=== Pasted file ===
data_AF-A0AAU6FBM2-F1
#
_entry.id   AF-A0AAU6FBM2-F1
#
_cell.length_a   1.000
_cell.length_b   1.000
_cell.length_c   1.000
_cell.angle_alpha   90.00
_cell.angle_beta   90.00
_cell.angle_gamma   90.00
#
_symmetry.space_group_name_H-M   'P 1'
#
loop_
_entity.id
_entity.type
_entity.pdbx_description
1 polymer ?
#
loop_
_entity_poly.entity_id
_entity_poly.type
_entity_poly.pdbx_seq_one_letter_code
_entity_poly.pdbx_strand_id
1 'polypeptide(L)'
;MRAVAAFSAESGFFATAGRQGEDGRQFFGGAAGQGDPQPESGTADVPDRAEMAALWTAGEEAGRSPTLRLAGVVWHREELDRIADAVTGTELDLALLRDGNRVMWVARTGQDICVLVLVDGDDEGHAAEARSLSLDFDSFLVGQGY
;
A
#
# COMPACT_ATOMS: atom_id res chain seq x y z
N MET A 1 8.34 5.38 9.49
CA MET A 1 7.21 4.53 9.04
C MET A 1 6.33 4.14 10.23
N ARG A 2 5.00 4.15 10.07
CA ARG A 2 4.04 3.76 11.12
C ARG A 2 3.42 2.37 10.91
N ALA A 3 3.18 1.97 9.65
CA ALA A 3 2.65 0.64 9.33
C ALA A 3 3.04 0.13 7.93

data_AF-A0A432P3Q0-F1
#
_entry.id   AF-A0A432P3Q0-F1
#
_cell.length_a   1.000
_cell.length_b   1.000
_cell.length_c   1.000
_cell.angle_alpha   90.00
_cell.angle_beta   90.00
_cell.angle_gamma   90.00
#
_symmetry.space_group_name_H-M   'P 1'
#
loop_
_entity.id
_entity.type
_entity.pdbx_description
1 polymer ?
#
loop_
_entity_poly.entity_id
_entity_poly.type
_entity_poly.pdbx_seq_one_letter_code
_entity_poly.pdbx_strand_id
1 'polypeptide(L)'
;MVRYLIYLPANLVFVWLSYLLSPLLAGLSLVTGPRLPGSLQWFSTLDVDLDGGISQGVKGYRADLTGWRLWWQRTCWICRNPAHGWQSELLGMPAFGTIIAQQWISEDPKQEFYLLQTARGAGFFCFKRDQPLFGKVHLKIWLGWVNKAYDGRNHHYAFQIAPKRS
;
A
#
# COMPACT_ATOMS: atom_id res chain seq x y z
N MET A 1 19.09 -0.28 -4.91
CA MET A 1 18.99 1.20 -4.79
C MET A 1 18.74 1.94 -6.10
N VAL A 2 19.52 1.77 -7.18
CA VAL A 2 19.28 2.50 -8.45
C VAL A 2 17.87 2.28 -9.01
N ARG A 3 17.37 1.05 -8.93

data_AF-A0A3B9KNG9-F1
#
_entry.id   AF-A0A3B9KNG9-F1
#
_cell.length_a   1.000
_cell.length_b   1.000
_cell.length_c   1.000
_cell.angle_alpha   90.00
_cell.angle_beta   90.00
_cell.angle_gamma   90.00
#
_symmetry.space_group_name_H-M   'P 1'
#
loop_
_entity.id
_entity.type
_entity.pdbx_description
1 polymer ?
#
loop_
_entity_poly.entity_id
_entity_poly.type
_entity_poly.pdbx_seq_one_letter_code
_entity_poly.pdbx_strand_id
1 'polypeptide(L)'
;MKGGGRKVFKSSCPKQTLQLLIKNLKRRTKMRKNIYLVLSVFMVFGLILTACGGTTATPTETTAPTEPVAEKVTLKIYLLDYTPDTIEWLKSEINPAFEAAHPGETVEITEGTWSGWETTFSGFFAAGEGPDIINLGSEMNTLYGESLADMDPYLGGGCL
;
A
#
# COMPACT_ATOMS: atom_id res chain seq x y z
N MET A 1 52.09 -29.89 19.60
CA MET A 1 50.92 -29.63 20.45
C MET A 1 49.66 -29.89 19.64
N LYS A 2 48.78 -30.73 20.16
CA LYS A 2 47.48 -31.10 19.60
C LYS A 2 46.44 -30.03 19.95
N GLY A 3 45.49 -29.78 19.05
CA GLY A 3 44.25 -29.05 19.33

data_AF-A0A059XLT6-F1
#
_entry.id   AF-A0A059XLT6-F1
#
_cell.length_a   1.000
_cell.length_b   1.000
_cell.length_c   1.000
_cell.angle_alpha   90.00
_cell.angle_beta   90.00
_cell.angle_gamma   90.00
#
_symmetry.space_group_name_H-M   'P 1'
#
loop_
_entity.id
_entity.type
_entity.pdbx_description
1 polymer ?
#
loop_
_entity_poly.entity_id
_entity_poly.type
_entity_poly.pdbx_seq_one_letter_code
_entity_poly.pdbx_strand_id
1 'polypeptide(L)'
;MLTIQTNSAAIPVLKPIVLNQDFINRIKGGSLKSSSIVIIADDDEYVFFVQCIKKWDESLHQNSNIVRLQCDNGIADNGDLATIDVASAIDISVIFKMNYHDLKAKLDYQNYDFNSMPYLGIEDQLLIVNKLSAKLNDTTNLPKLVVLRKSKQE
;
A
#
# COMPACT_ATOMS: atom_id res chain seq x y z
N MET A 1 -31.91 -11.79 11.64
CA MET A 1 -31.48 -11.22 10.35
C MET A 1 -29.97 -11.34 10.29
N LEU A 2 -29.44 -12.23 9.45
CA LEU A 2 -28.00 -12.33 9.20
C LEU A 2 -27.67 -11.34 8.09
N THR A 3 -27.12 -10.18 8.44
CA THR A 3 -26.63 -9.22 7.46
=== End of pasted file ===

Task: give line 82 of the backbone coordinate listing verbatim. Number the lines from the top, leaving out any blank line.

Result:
_cell.length_b   1.000